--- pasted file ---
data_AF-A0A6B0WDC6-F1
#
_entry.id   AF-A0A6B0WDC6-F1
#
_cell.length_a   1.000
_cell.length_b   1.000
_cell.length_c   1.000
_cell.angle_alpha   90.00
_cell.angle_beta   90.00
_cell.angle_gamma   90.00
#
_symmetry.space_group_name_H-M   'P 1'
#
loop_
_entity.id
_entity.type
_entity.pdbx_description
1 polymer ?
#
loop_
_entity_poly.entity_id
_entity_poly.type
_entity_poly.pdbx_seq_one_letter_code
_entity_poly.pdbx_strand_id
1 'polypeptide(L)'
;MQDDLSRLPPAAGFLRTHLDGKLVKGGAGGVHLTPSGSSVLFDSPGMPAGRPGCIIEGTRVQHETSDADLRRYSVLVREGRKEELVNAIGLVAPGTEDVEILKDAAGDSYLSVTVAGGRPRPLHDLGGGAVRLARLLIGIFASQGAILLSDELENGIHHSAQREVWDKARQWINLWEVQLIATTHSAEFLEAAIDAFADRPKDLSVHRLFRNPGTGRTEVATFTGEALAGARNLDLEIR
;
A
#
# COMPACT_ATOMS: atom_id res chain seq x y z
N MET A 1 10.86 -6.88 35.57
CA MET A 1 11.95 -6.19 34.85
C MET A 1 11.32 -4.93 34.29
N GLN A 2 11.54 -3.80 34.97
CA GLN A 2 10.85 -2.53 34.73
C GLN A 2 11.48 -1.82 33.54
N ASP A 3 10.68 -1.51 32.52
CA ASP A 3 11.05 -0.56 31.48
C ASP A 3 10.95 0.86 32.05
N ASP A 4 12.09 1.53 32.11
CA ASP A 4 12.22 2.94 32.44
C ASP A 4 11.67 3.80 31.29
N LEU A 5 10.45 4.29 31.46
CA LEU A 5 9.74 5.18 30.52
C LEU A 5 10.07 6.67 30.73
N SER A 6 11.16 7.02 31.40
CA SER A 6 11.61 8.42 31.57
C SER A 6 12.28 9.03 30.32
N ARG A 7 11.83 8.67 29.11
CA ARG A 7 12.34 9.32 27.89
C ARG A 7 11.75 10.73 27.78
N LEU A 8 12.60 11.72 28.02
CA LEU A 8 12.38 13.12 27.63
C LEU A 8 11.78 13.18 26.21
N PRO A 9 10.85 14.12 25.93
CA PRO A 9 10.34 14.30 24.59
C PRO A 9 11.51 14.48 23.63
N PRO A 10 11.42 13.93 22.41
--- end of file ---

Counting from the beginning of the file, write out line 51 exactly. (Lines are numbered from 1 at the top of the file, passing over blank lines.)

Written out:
C ARG A 7 11.75 10.73 27.78